In the past three seasons a host of young players have made the daunting move from country WA to Perth in pursuit of their dream to play AFL.
Recent WA success stories include Liam Baker (Lake Grace), Jarrod Cameron (Pilbara), Jordan Clark (Albany), Ian Hill (Northam), Sam Petrevski-Seton (Halls Creek) and Sydney Stack (Northam).
East Fremantle’s Jai Jackson is shaping up to be a potential solid inside midfield prospect in this year’s AFL Draft.
Originally from Geraldton, Jackson made the move to Perth last year in order to try and achieve his own dream of playing AFL football.
“It was a little bit different at the start. Obviously going from a pretty small town to Perth is a pretty big jump. It took me about six months to fully settle in but after that, playing footy and doing what I like doing, and also made a few new mates, and stuff like that helped a lot,” he said.
And the move has paid dividends for Jackson. He was one of three county WA players, out of a total of sixteen, to be nominated to the NAB AFL Draft Combine.
“I was a little bit shocked actually, I wasn’t expecting it [to receive an invitation]. It’s a pretty surreal feeling I suppose. You always dream of this as a kid and yeah I’m pretty excited to attend the National Combine,” he said.
Jackson, along with the sixteen other nominated players has been doing specialised training with the WA State Academy for the upcoming Combine, but has also shown extra dedication for the event.
“Also in my spare time I’m just doing the extra things like going to the gym, a bit of extra running in my own time. Just giving myself that better opportunity to hopefully do well in the Combine,” he said.
But Jackson has shown a lot of dedication to his football even before the commencement of this season, claiming a big pre-season was behind his success in 2019.
“Obviously building up into this season, I thought I had to put in a few extra yards coming into pre-season. I’ve never actually had a proper pre-season due to obviously growing up in the country, they don’t really take it as serious I suppose,” he said.
As such, Jackson produced a season of consistent football for East Fremantle’s Colts’ team. In 10 games for East Fremantle, he booted six goals and averaged 20 possessions, six tackles, three marks and two inside 50s with his best performances coming against Peel Thunder in round three (23 possessions, 12 tackles and a goal), West Perth in round 17 (29 possessions and a goal) and Perth in round 19 (19 possessions, five marks, four tackles and two goals).
He credited East Fremantle’s Head Coach Jacob Brennan as having a great influence on him, and in particular his player development and professionalism.
“He’s [Brennan] just real easy to understand and doesn’t always come across as a coach, comes across as a mate as well which is always a benefit,” Jackson said. “Even with the reviews and stuff like that, he’s always been giving it that little bit extra. He’s told me I should’ve done this, or I should’ve done that which I obviously didn’t have back home which is good to have.
"Yeah, it’s helped a lot.”
Because of his strong performances for East Fremantle, Jackson was one of eleven players from the Sharks to make the WA State U18s Squad – an experience he described as “great”.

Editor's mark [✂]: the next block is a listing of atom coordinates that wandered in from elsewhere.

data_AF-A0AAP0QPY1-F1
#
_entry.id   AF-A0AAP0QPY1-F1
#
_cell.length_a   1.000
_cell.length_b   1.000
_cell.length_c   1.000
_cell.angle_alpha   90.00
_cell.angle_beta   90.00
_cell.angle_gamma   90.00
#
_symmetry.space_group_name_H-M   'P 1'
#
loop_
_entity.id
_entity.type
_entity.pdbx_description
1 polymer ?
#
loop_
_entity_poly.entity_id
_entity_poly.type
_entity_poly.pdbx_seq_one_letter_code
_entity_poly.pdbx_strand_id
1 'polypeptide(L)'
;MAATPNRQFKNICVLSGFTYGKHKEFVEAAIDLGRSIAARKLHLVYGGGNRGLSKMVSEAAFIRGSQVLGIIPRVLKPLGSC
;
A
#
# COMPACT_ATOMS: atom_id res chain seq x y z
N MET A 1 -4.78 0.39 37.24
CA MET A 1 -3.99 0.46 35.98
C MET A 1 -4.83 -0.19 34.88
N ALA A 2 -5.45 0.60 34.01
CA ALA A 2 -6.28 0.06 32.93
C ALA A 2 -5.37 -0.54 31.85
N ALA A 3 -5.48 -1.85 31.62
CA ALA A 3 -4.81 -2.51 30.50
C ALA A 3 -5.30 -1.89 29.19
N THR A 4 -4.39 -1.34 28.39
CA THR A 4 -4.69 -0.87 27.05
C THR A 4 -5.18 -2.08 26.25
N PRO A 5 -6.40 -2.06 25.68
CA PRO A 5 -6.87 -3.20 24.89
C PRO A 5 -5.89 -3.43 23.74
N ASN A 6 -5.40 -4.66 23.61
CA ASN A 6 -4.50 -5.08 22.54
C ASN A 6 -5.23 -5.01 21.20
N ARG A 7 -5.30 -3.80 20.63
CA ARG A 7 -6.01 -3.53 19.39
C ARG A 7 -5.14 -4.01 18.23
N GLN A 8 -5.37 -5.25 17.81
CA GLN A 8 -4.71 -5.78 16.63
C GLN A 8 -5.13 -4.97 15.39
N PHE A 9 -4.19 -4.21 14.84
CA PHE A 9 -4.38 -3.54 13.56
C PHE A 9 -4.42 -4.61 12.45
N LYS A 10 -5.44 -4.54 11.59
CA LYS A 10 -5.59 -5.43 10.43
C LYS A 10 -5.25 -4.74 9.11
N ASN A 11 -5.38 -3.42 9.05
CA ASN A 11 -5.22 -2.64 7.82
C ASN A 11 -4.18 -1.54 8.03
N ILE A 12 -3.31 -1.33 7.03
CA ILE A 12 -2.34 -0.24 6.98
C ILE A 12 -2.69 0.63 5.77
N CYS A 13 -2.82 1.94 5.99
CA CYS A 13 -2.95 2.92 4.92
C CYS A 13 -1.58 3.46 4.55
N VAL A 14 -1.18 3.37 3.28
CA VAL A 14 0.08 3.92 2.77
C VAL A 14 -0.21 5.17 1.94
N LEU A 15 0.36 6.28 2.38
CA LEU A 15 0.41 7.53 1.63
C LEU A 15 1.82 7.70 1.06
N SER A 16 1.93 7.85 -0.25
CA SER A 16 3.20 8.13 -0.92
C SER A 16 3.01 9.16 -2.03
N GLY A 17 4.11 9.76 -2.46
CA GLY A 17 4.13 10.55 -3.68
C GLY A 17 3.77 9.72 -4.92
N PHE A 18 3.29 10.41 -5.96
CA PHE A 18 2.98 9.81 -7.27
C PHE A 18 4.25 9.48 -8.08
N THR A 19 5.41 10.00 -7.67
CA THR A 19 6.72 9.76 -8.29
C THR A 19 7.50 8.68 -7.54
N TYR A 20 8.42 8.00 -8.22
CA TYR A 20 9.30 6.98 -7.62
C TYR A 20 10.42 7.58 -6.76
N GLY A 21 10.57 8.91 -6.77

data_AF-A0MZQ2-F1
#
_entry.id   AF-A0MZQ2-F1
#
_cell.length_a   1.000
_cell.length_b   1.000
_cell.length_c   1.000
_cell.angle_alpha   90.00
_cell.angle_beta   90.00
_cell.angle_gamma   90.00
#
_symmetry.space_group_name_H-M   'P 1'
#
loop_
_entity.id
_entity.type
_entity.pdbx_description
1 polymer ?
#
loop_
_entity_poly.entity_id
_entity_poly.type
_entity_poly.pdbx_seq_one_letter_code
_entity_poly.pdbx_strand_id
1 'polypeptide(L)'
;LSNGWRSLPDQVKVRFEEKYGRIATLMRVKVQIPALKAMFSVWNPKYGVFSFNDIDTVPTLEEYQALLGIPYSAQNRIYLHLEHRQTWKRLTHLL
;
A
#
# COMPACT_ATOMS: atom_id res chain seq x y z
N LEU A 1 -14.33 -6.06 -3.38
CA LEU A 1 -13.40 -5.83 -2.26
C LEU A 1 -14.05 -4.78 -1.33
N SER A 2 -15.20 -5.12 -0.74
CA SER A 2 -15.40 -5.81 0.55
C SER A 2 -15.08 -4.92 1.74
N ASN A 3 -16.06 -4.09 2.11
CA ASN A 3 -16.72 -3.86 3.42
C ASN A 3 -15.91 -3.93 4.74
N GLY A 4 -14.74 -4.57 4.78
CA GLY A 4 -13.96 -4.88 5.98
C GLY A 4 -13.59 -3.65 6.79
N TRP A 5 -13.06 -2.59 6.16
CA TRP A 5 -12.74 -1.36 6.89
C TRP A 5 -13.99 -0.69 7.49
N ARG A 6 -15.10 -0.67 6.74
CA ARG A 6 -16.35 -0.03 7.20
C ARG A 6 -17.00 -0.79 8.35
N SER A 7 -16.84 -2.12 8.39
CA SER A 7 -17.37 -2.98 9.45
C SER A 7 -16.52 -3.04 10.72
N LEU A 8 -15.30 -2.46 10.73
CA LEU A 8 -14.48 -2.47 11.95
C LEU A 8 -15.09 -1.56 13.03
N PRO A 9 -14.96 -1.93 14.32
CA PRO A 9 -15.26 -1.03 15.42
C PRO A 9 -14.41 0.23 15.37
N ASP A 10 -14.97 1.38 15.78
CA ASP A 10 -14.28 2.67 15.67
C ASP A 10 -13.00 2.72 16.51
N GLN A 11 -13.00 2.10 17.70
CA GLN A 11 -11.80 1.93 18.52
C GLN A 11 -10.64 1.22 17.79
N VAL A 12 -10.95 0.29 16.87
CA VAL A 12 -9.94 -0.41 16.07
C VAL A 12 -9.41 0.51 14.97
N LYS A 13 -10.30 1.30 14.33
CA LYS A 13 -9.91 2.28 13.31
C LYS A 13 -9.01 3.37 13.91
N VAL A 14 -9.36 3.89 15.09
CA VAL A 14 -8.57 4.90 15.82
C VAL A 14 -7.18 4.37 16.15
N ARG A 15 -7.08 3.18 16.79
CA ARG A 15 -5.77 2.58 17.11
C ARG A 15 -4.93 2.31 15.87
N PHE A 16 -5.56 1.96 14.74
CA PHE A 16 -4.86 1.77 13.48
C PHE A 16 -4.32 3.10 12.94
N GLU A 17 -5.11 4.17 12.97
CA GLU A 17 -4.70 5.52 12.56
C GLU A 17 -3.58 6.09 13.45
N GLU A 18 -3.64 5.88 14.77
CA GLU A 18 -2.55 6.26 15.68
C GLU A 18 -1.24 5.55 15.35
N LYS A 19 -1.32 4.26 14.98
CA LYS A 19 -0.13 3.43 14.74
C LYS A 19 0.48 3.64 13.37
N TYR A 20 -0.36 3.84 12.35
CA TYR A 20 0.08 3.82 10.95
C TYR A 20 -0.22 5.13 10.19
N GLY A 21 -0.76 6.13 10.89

“It was a great achievement [to make the squad]. Definetly a lot of hard work put in … That was probably my biggest focus was seeing how far I could push myself to try and make that squad, which when I did was a pretty good relief,” he said.
In three games for the Sandgropers, Jackson kicked three goals and averaged 14 possessions (seven contested), five tackles and three marks with his most notable performance coming against the Allies (15 possessions – nine contested – five tackles, three clearances and a goal).
He also credited Forwards Coach Garry Moss, and Head Coach Peter Sumich as having an influence on his football.
“I was mainly coached by Mossy, he was the forward line coach though, but obviously Suma, being Head Coach and the way he goes about things and the professionalism of him and also him always pushing you to do your best and try your best so yeah between those two,” he said.
The talented youngster has been likened to Richmond’s Josh Caddy – both are inside ball-winning midfielders who attack both the man and the ball with vigour. However, Jackson bases himself on three Eagles players.
“I suppose it’s hard to compare yourself to just one player. I like to take snippets off a few players, so I’m obviously an Eagles supporter so I like to take a little bit of Yeo’s game out of it and also Jamie Cripps and also even a bit of Shuey. I like to take snippets out of them three players’ games for sure… Yeo, definitely his pressure around the ground, he’s a great tackler and stuff like that. Shuey, he’s a ball winner who likes to get the ball out of the stoppages, obviously feed to players like Gaff and players like that. And then you’ve got Crippa who can play up the ground and can also get forward and doesn’t mind a cheeky goal every so often.,” he said.
Jackson is also seen as a respected leader amongst his peers, being a member of the Leadership Group at East Fremantle.
“I just like to bond with the boys. I don’t like to be too negative and stuff like that, I’d rather talk to them as mates and just bonding really other than coming across as a leader saying ‘you should do this, should do that’ and being hard where that’s like the Captain’s role. I’m just there to bond with the boys and tell the Captain what everyone’s thinking,” he said.
It is clear that Jackson has the tools to become a good footballer at senior level, adding to the growing list of talent from WA’s country regions. He is shaping up to be a good and effective inside midfield prospect who has the capability to play forward and become a threat.